In my latest piece for The Tidings, the newspaper of the Archdiocese of Los Angeles, I profile former Minnesota Vikings and Baltimore Ravens player Matt Birk, a Harvard economics grad, husband, father and Catholic revert. He was also recently named the head of football development for the NFL, based in New York.
What he has to say about the Faith — and football — is impressive and inspiring.
Here’s a taste:
“The NFL team,” he said, “it’s probably the most spiritual workplace in America. Every team I was on had a team chaplain who was available almost all the time, had an office there; the door was open. We had player Bible studies Monday; had a couple Bible studies during the week; had fellowship service and Catholic Mass Saturday night or Sunday morning. Where else are you encouraged to grow like that in your faith?
“If you’re feeling a calling, you have an outlet there to nurture that. The culture of football is very spiritual; I don’t think most people realize that.”
According to Birk, this spirituality — whether or not all players share it, or express it in the same way — is baked into the football cake.
“I’ve always said football’s a very spiritual game,” he said. “The game will bring you to your knees, so you might as well start there. It’s just because football’s so difficult, and the highs are high, and the lows are very low, and it’s so much work and grinding and dedication.
“You have to have a spiritual experience or awakening while you’re doing it. You just have to, otherwise it’s like you’re not even alive. Football brought me back to my faith.”
“I fell away from the faith hard all through college and then the first couple years in the NFL — what a waste.
“I try to communicate to young people, ‘Don’t waste time in your life. You’re never going to regret going to confession or saying the rosary, but you’re going to regret not doing it.’ Better late than never. I look at it as God’s trying to use me, use my story, so hopefully other people won’t make the mistakes I did.”
Click here to read the rest.
And here are a few quotes that didn’t make it into the story:
On Ravens kicker — and Catholic — Justin Tucker (who makes the Sign of the Cross before every kick):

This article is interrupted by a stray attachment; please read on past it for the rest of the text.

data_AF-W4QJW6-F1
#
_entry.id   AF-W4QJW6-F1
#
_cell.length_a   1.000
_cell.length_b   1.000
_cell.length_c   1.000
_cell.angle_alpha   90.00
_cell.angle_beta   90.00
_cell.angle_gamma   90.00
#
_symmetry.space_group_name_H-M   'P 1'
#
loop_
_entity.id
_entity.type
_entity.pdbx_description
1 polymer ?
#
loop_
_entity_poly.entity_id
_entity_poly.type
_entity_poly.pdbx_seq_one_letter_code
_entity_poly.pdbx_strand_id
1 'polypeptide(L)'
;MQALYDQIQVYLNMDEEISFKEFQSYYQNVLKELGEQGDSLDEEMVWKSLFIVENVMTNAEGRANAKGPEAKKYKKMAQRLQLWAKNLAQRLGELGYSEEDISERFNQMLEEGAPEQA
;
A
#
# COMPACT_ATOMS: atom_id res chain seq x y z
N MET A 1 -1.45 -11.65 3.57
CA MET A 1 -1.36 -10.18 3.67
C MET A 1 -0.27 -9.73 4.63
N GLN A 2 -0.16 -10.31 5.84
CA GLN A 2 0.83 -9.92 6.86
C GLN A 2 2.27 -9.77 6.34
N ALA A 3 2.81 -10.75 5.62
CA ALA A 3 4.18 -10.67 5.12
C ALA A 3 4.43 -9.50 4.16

Justin’s great. At his age to be devout like that is wonderful. He’s a kicker so he’s a little different, but not different in a bad way. It’s just, you got to understand that kickers are a little different. He embraces his originality, and embraces his Catholic faith.
On Benjamin Watson of the New Orleans Saints, an outspoken Christian, and also on his fellow Ravens:
Oh yeah. I always think Ben is a fantastic man. I look up to him, I’ve met him a few times, spent a little bit of time with him. There’s lots of guys like that in our league. They don’t get the attention that they should, due to the imbalance out there. The media’s going to focus on a lot of the bad stories.
I don’t want to blame the media, I’ll blame society, that’s what society wants. For some reason, part of us as human beings, we like to see people fail. That’s probably our own insecurities coming through. Ben Watson’s extraordinary.
… I was lucky to play on, especially the Ravens with Coach Harbaugh. We felt like as a team, I know our job was to win the Super Bowl, but we all felt like we had a higher calling, a lot of guys on that team did. It was a very spiritual team, guys that I’m honored to call teammates, and to stand next to them, and just be associated with them. Like I said, it surprises some people, but I got to live it for fifteen years.
On fellow former Raven Ray Rice, disgraced after a domestic-abuse incident with his then-fiance, now-wife (and who’s trying for a comeback)
People ask me is Ray Rice is a good guy? I say, “No, Ray Rice is a great guy.” Ray Rice made a bad decision, one that you can’t defend or excuse. I don’t want to be judged by the worst five seconds of my life either. … I think a lot of people want to blame football for it, it’s not the case.
On the future of football:
A lot of it is just really understanding totally what football is. I don’t look at football as a sport at all, really. Primarily that’s not how I see it. I see it more as an institution, and the institution that makes people better, and it brings families and communities together. At the core there’s those two things, and if that’s not happening then why are we playing? Right? You don’t just play just to play. It’s too hard of a sport to just play as a sport, it’s much more than that.
On the similarities between the bonds of football players and those of soldiers:
It rivals the military, but obviously the stakes are higher there. Over the years, I’ve met a lot of soldiers and when they tell us how much they respect and appreciate what we do, it’s like, “Are you kidding? It pales in comparison to what you guys sacrifice and what you guys put on the line, what you guys actually accomplish.” I think that says a lot when people in the military talk about that they admire what you do. That saying something, high praise.
On what Birk has to say to young people to bring them back to the Faith:
For me, the framework that the faith provides allows me to be my best, be the best version of myself, or just to live my best life. [Using] a football metaphor, you have all this discipline and structure in place to help you perform at the highest level on the field. I feel like the Faith and all these rules, rules, if you want to call them that, but all these guidelines help you to perform your best, your best in life.
We’re ultimately here to live the life that God intended us to. We might not know what that is, but we do know that it’s in direct conflict with what our culture tells us we should be in it for. God calls us to be in this world, but we’re not of this world. The faith helps me keep that perspective and that balance. I’ve been on both sides, right, I fell away and I’ve been on fire.
Image: Wikimedia Commons